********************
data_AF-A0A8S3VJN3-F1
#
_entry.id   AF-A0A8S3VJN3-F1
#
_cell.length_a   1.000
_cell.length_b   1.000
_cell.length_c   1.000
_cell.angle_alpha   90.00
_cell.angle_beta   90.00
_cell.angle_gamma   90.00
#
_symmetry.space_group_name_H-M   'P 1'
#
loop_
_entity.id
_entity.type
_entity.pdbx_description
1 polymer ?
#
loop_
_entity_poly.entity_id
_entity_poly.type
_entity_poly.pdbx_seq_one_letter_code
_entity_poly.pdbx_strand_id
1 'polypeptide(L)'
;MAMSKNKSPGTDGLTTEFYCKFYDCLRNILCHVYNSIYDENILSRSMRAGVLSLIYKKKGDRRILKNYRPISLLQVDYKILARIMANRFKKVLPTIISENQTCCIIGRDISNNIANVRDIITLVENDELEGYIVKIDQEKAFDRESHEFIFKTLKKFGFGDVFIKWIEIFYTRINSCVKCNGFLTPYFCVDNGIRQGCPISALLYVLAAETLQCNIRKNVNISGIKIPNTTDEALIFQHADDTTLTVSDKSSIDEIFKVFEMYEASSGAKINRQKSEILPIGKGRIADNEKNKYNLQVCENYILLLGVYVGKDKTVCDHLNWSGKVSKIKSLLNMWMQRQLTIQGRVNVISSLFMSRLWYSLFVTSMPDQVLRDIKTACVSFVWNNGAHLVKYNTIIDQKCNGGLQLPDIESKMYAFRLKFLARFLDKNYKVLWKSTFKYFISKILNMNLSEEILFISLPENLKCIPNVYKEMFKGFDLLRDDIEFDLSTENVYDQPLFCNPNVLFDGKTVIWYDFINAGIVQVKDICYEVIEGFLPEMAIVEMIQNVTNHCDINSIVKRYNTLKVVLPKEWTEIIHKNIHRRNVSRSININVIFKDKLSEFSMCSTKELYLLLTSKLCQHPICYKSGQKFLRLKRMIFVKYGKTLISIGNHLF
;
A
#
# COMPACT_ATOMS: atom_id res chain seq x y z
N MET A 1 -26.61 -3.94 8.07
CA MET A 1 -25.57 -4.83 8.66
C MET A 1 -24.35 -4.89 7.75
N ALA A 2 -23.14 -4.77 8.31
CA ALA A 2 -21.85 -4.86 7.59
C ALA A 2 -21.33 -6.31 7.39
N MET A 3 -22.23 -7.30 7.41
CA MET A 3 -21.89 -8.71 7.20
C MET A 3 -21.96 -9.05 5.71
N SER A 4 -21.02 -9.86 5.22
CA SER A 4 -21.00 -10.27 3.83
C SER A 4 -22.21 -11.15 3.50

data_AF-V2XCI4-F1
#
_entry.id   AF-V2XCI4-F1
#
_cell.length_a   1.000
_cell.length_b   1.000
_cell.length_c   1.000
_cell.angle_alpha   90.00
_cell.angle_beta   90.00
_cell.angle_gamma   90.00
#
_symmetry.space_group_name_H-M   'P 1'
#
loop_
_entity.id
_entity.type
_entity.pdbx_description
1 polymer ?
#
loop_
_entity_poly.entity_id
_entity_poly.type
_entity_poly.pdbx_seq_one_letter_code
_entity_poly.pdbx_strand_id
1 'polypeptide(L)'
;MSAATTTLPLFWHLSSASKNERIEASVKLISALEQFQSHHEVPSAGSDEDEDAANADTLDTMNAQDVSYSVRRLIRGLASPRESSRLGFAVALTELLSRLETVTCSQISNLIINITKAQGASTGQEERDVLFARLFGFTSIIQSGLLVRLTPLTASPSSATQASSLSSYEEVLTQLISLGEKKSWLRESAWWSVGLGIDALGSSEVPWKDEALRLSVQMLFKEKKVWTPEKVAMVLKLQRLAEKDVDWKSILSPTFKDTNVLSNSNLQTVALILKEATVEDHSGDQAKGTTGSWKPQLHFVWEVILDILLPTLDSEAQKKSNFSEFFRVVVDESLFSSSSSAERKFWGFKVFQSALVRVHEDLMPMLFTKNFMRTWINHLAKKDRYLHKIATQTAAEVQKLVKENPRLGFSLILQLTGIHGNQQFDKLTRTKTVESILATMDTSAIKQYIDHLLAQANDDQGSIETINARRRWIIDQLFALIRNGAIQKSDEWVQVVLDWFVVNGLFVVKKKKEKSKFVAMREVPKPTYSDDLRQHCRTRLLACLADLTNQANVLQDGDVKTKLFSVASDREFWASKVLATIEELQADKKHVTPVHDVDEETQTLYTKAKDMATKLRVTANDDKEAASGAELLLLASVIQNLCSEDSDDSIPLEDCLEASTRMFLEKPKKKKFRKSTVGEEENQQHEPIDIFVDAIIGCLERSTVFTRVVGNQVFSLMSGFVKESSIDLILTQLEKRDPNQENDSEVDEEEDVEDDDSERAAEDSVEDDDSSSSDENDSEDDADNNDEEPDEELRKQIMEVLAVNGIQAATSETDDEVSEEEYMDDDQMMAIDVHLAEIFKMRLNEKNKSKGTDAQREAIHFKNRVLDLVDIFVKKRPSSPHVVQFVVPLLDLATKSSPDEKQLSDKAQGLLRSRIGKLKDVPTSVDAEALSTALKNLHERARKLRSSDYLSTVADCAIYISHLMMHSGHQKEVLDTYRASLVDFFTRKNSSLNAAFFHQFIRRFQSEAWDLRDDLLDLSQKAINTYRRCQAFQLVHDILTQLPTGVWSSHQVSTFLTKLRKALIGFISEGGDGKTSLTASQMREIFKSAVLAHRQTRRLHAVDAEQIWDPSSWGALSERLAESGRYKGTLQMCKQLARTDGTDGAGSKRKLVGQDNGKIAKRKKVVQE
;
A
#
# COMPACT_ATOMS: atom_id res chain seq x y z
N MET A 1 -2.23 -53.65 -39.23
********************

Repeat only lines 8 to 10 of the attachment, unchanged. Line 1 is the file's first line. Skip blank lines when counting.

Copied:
_cell.angle_alpha   90.00
_cell.angle_beta   90.00
_cell.angle_gamma   90.00